It’s also exactly the same approach as the Coalition’s policy restricting foreign investment to newly constructed dwellings, which is aimed at boosting dwelling supply, economic activity and jobs, as explained by the chair of the foreign investment inquiry, Liberal MP Kelly O’Dwyer:

“Currently the framework seeks to channel foreign investment in residential real estate into new dwellings in order to increase the housing stock for Australians to build, buy or rent. Foreign investment is encouraged in new dwellings whether they be apartments, units or homes because in addition to creating more supply, it also creates more jobs for the building and construction sector – all of which helps to grow our economy”.

Stop lying, Josh Frydenberg.

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Leith van Onselen

Leith van Onselen is Chief Economist at the MB Fund and MB Super. Leith has previously worked at the Australian Treasury, Victorian Treasury and Goldman Sachs.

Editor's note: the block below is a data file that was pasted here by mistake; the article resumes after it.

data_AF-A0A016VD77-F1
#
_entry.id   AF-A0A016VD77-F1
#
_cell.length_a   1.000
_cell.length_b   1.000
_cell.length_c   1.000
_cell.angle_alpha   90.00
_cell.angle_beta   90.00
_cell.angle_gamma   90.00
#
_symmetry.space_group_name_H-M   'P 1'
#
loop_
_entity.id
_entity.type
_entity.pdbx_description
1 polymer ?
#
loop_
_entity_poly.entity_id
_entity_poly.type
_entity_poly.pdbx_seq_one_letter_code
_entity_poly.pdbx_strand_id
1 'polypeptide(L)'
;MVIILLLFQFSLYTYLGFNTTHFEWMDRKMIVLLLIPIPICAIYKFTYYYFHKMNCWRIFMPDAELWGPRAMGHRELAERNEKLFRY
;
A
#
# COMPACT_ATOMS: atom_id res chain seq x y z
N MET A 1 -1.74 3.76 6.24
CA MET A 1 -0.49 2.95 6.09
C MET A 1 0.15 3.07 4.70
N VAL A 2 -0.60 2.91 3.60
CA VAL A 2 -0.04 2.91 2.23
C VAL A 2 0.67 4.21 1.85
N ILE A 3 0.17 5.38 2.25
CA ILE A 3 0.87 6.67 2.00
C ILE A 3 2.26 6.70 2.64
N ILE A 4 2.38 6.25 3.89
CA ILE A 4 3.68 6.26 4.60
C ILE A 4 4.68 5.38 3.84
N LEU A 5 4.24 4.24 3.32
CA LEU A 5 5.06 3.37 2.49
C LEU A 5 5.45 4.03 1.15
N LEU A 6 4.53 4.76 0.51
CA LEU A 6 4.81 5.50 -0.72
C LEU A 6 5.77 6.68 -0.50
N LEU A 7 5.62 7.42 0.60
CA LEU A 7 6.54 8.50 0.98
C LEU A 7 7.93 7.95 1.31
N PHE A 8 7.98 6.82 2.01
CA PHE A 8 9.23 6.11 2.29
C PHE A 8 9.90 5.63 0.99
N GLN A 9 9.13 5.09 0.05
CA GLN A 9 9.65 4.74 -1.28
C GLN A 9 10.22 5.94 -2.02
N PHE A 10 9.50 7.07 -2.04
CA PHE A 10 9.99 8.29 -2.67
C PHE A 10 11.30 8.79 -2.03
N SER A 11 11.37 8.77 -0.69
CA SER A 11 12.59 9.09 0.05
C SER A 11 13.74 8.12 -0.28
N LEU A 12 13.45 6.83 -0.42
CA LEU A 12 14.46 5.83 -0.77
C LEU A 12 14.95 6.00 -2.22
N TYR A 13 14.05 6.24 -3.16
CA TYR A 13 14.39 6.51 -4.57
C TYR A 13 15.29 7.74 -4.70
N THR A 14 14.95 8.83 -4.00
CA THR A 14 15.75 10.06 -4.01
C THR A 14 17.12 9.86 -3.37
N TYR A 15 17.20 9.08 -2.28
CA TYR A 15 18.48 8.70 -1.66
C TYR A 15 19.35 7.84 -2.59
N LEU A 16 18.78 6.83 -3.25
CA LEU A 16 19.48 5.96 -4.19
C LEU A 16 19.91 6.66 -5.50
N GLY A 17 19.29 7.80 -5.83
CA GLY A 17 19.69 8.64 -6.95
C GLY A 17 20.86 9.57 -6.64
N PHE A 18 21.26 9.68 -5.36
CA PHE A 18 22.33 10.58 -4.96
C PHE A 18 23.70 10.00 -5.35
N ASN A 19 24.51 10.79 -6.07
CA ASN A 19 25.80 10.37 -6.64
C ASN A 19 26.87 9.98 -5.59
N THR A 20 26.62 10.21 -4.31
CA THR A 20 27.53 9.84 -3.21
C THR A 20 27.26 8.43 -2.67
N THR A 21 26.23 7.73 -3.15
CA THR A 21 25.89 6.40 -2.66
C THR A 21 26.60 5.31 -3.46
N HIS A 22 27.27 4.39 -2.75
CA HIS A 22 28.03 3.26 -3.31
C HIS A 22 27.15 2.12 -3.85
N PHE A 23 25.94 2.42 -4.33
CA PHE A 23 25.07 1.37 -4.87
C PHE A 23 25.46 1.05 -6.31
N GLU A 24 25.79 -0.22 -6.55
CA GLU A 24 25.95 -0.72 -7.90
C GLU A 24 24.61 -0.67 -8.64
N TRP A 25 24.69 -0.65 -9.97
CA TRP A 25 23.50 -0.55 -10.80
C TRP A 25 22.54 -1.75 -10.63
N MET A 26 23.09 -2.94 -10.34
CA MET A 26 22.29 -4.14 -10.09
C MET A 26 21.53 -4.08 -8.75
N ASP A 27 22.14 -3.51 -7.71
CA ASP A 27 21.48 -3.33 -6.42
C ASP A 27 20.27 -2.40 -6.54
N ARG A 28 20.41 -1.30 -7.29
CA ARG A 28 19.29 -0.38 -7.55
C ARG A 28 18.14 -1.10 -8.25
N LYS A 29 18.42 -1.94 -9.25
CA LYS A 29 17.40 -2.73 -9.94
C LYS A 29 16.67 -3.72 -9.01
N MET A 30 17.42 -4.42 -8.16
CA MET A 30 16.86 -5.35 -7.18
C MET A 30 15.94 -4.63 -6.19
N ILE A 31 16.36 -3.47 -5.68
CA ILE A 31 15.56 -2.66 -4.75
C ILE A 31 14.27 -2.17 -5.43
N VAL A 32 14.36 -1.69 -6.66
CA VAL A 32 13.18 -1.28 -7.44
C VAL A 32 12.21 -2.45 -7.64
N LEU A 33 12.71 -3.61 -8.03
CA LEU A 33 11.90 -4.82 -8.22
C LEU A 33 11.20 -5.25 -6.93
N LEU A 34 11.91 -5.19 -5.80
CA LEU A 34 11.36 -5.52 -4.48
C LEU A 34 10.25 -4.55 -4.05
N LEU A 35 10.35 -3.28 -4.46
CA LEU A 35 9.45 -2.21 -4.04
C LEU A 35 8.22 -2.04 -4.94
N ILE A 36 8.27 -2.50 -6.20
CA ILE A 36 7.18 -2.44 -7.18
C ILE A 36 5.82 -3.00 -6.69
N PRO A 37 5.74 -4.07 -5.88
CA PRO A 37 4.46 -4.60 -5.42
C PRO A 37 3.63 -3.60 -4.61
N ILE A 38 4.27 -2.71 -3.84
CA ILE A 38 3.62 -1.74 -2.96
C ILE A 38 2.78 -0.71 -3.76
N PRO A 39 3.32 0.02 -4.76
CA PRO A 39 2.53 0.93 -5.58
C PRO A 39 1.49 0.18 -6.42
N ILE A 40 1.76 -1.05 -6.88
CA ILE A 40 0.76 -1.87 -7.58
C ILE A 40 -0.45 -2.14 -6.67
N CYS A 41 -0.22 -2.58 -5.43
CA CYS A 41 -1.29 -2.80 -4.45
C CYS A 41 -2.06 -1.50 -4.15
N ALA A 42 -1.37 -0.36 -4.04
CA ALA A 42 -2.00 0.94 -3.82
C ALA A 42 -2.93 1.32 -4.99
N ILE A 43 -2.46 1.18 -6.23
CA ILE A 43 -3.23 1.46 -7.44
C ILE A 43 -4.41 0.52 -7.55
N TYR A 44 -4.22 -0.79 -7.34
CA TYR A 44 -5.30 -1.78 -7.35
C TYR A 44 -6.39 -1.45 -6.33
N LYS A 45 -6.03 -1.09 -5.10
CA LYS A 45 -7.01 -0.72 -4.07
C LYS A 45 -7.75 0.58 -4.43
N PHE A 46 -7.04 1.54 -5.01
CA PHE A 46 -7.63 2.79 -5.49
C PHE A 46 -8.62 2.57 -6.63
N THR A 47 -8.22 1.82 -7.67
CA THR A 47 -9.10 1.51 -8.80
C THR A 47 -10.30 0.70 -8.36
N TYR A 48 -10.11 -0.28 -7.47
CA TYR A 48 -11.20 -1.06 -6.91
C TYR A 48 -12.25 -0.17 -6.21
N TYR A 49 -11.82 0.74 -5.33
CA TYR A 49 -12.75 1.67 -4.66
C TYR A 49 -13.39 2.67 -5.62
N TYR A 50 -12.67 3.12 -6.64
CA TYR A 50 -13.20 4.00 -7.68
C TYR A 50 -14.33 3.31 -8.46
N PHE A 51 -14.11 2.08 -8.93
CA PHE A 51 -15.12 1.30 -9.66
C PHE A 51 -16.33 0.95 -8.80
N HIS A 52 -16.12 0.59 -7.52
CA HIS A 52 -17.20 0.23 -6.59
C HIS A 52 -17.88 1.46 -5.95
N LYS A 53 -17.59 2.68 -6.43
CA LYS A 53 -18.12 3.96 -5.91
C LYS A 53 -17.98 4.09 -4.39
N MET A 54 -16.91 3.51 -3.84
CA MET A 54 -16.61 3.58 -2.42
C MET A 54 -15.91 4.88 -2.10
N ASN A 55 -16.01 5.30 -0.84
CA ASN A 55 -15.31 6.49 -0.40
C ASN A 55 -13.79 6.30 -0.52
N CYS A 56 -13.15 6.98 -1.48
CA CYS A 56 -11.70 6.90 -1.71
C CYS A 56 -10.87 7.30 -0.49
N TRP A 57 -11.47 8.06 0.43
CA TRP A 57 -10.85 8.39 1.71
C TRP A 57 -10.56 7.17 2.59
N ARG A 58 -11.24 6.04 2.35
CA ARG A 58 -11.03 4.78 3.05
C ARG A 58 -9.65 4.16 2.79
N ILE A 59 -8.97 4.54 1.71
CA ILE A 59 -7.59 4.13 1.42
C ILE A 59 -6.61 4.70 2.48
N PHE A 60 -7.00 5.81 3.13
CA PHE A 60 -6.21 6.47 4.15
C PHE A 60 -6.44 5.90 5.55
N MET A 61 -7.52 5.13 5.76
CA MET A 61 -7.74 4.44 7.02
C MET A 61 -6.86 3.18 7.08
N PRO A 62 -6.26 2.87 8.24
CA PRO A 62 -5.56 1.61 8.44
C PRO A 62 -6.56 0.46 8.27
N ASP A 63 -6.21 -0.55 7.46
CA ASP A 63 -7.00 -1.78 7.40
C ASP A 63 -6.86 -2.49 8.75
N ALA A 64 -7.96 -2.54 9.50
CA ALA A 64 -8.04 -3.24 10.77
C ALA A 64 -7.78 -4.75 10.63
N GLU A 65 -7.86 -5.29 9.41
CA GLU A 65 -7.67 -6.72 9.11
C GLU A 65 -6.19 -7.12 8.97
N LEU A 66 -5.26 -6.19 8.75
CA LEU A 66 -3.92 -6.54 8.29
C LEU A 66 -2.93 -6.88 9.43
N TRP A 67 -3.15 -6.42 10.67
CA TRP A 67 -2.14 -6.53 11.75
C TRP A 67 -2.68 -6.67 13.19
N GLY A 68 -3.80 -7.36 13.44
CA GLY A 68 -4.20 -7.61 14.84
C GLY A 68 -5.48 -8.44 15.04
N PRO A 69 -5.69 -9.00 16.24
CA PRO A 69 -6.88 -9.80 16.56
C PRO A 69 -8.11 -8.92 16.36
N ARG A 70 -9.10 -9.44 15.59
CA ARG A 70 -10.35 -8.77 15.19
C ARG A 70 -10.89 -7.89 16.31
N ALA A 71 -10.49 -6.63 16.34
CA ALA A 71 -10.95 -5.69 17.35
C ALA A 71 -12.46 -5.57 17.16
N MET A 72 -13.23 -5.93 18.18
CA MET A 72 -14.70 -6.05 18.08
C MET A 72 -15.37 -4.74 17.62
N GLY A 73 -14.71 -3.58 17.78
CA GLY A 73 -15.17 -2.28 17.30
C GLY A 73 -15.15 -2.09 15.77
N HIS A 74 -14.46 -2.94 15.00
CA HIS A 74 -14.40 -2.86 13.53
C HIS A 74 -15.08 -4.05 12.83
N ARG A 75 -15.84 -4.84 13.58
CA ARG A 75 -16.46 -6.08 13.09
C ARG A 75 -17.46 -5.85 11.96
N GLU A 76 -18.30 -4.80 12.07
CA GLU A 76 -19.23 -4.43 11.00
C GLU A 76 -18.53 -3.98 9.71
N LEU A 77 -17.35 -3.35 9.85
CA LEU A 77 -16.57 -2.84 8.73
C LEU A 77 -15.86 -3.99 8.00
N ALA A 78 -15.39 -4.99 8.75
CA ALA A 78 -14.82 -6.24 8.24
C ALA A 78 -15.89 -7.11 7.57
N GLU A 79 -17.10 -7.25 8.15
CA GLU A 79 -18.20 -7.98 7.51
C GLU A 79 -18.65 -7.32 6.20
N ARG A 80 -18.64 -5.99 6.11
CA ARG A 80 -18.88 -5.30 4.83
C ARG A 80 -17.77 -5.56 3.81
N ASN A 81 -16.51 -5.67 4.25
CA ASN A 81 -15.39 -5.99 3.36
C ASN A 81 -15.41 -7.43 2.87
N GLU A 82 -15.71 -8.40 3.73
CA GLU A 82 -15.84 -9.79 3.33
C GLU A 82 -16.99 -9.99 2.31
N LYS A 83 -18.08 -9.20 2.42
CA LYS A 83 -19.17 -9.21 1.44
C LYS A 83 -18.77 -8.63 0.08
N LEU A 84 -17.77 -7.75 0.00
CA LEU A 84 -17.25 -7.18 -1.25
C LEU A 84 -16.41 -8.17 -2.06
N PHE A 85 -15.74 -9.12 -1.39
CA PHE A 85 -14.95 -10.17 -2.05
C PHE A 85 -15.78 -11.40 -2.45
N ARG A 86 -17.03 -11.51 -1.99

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  1. So what this article is saying is that if we favour “new” properties over old properties w.r.t tax concessions we will artificially increase the housing stock and potentially lower rents. That isn’t rocket science; a targeted subsidy will do that. However I think this is worse than the current NG/CGT system in that it is much more pro-cyclical with the potential to cause even bigger market crashes. Would rather they get rid of negative gearing/cgt all together to be frank – at least then it is consistent and we don’t stoke an even bigger over-building construction bubble like Ireland. I don’t think “a crash” that is disorderly will be overall a good thing for Australia.

    • “Would rather they get rid of negative gearing/cgt all together to be frank”.

      Me too. But I’d take a good but imperfect NG/CGT policy over no policy. It would be a much harder sell politically without the new builds clause.